Autobiographical article (3): Years 1969-1977

Entering the U.S. Army

stanley-pranin-encyIn this third of a four-part series, we pick up our story at the time I was inducted into the U.S. army in October 1969 after having spent a summer practicing aikido in Tokyo. I went through basic training in Fort Ord, California and then was assigned to a radio communications school in Texas. From there, since it was the height of the Vietnam War, you might be able to guess where I was sent… to Ethiopia, of course! I spent 18 months in Asmara, a beautiful city much of which had been built by the Italians during their colonial rule of the northern part of this African nation. I worked as a French translator and also had a chance to teach aikido at the U.S. communications base where I was stationed. My students were mostly American soldiers and Italians. It was a great way to become part of the local culture and gave me experience in setting up and operating an aikido club entirely on my own.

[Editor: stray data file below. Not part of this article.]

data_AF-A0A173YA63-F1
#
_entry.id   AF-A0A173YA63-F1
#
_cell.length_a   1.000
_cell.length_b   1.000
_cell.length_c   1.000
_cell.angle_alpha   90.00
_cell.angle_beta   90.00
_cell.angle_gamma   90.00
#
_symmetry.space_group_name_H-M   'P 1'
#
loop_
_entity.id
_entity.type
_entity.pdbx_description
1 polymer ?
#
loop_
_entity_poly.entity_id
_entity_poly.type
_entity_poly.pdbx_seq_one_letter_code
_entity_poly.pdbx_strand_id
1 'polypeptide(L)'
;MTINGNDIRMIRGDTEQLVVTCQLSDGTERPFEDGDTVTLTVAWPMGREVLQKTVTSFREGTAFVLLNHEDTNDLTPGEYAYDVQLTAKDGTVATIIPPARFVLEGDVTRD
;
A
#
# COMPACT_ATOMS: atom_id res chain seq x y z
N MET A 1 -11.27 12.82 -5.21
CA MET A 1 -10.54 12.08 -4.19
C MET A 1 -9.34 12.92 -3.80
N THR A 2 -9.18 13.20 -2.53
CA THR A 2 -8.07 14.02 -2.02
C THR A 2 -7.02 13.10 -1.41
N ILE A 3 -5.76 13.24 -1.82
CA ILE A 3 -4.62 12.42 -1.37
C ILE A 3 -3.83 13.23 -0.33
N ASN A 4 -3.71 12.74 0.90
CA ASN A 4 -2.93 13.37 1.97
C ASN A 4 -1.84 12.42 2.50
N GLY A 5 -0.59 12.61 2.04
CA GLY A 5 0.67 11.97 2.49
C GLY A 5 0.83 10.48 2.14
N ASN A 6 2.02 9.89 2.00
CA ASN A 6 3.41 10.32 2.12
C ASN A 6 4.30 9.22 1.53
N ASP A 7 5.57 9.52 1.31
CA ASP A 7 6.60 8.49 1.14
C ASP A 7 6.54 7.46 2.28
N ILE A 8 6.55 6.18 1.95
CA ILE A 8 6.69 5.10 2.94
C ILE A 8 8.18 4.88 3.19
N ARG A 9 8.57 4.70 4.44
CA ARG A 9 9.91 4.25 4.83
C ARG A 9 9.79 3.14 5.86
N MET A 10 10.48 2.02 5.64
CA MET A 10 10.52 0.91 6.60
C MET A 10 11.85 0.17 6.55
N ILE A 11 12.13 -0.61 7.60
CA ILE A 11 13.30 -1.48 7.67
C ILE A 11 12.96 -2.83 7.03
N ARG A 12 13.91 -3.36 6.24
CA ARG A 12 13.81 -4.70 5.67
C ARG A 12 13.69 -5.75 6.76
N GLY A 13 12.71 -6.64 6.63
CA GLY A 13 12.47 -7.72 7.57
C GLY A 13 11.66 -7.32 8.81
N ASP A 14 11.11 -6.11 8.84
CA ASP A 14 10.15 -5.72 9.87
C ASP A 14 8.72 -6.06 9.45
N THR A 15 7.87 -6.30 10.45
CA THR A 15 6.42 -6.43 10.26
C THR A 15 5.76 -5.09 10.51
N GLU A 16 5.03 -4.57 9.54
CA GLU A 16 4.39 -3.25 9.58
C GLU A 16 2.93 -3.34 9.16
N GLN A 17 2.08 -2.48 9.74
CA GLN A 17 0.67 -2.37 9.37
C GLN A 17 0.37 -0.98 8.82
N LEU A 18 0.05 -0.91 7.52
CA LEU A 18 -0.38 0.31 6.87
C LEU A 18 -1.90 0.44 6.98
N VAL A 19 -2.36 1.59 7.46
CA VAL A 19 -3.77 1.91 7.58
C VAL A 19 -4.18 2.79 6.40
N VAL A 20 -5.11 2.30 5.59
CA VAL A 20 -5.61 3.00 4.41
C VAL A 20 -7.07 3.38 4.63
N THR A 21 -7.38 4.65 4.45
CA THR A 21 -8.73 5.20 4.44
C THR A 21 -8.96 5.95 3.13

Following my tour of duty in Ethiopia I was sent back to the U.S. to the Defense Language Institute in Monterey, California as a French instructor. Since my work duties were light, I was able to study Japanese at the Institute where classes were given in more than 30 languages. Also, my friend Dr. Robert Frager whom I mentioned in my previous article was then an instructor at the nearby University of California at Santa Cruz. He invited me to teach there once a week and thus I was able to continue aikido practice even though at that time there was no dojo in Monterey. This continued after my discharge from the army in October 1972. I returned to the University of California as a graduate student for a brief period and taught translation courses at a private language institute in Monterey. Then in the summer of 1973 I began teaching aikido classes at a local judo school. I wanted to start a group of my own locally so I would not always have to commute such long distances to train.